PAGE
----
Conventional copper electroplating on a wafer substrate may, for example, be carried out using plating solutions which are in equilibrium with air and thus may contain about 8 ppm to 10 ppm of dissolved oxygen and larger amounts of dissolved nitrogen. This may lead to at least three different issues. First, when these plating solutions are passed through high pressure pumps to deliver the plating solution to the wafer substrate, the pressure changes that the plating solution experiences can result in air bubbles condensing out of solution in a low pressure zone between the pump and the wafer substrate. Such air bubbles can result in electroplating defects by landing on and adhering to the wafer substrate surface or accumulating in or on plating cell elements located below the wafer substrate and altering the electric field profile and the resulting plated thickness distribution on the wafer substrate.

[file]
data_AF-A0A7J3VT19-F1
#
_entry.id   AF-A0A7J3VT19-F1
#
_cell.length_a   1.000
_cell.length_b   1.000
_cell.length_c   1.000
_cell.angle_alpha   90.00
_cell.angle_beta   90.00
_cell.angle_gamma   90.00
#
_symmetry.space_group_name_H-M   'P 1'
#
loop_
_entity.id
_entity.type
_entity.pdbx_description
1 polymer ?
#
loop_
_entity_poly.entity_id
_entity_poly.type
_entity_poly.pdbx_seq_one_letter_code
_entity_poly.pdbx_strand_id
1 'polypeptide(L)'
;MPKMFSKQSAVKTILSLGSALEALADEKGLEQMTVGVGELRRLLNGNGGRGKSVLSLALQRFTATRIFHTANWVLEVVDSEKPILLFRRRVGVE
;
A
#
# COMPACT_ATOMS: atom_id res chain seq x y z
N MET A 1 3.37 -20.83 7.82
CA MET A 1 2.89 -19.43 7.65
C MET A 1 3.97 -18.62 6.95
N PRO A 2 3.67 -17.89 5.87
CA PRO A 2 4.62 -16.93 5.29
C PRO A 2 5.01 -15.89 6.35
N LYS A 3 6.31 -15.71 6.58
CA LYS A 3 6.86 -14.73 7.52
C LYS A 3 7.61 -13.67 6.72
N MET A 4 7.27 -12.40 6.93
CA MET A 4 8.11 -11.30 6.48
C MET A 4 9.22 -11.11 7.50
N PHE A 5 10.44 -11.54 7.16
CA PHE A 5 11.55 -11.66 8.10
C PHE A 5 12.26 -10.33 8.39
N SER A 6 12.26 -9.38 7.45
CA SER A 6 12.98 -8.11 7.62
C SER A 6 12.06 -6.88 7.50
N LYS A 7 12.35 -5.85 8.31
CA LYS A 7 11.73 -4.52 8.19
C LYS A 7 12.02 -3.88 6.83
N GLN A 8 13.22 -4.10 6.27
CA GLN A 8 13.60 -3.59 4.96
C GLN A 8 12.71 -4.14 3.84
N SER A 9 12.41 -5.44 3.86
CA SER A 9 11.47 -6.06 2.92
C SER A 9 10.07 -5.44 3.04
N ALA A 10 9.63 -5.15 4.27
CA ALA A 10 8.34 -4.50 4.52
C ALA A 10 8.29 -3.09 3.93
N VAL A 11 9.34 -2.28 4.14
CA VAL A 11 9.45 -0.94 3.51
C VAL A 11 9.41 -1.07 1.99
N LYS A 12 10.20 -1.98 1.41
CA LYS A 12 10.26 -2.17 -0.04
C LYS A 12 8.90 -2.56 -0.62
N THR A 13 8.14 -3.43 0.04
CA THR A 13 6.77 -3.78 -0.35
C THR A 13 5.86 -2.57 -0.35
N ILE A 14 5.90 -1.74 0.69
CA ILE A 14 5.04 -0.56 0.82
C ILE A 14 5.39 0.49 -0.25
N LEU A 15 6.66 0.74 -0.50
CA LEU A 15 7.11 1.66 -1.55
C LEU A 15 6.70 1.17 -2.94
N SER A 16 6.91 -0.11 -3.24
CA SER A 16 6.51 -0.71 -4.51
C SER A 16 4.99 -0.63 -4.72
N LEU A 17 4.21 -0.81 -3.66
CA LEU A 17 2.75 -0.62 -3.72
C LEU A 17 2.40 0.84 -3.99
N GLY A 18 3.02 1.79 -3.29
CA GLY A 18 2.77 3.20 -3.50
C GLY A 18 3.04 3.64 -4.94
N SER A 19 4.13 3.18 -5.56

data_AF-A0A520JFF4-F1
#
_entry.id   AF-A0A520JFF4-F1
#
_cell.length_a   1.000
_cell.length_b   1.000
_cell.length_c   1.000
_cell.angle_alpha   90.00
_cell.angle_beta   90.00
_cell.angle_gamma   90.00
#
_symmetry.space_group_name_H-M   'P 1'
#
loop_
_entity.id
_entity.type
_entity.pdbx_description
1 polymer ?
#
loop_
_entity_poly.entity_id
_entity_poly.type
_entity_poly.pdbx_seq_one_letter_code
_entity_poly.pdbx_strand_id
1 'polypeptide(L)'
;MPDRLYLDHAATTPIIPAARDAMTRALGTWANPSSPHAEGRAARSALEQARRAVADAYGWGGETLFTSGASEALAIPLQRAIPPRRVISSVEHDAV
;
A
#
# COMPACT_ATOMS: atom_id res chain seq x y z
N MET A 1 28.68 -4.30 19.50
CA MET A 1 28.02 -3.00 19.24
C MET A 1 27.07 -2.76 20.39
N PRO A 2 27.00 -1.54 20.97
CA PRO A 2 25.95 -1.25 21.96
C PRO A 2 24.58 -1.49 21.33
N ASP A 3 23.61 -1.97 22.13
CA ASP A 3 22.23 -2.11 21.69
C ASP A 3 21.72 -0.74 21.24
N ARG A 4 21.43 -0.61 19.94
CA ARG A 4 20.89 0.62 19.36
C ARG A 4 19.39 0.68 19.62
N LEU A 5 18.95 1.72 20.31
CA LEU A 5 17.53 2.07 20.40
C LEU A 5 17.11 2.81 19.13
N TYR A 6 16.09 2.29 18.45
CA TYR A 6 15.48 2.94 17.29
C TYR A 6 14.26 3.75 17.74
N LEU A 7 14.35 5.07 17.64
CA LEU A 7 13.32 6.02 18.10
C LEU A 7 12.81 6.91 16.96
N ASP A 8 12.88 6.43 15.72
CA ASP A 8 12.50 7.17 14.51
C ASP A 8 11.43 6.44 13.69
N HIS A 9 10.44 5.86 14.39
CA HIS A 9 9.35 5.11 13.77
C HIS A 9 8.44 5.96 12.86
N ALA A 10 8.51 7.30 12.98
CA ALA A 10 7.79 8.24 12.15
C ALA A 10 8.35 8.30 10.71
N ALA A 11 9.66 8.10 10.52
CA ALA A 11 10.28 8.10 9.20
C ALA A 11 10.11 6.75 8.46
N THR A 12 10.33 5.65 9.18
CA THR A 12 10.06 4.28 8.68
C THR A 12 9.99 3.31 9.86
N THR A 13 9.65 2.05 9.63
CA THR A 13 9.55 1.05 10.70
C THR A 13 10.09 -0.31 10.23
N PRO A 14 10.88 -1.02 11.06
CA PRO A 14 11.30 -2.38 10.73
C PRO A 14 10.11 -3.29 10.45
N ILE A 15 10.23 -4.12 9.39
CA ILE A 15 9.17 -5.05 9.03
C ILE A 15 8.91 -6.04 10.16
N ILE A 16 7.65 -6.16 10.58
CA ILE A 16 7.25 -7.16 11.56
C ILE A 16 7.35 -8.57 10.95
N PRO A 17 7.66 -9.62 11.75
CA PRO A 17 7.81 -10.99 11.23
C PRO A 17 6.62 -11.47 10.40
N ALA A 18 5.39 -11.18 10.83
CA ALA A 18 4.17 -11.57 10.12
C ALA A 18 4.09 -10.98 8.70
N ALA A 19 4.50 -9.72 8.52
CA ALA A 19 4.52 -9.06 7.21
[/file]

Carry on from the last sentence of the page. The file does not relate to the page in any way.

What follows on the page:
Second, a copper seed layer within small features on a wafer substrate is often very thin and nearly discontinuous in spots. Dissolution of the seed layer in a plating solution before nucleation begins can result in a lack of seed layer and subsequent voids in the plated metal which is intended to fill the features. Dissolution of the seed layer may occur because oxygen in a plating solution may oxidize copper at a rate of about 1 nanometer per minute.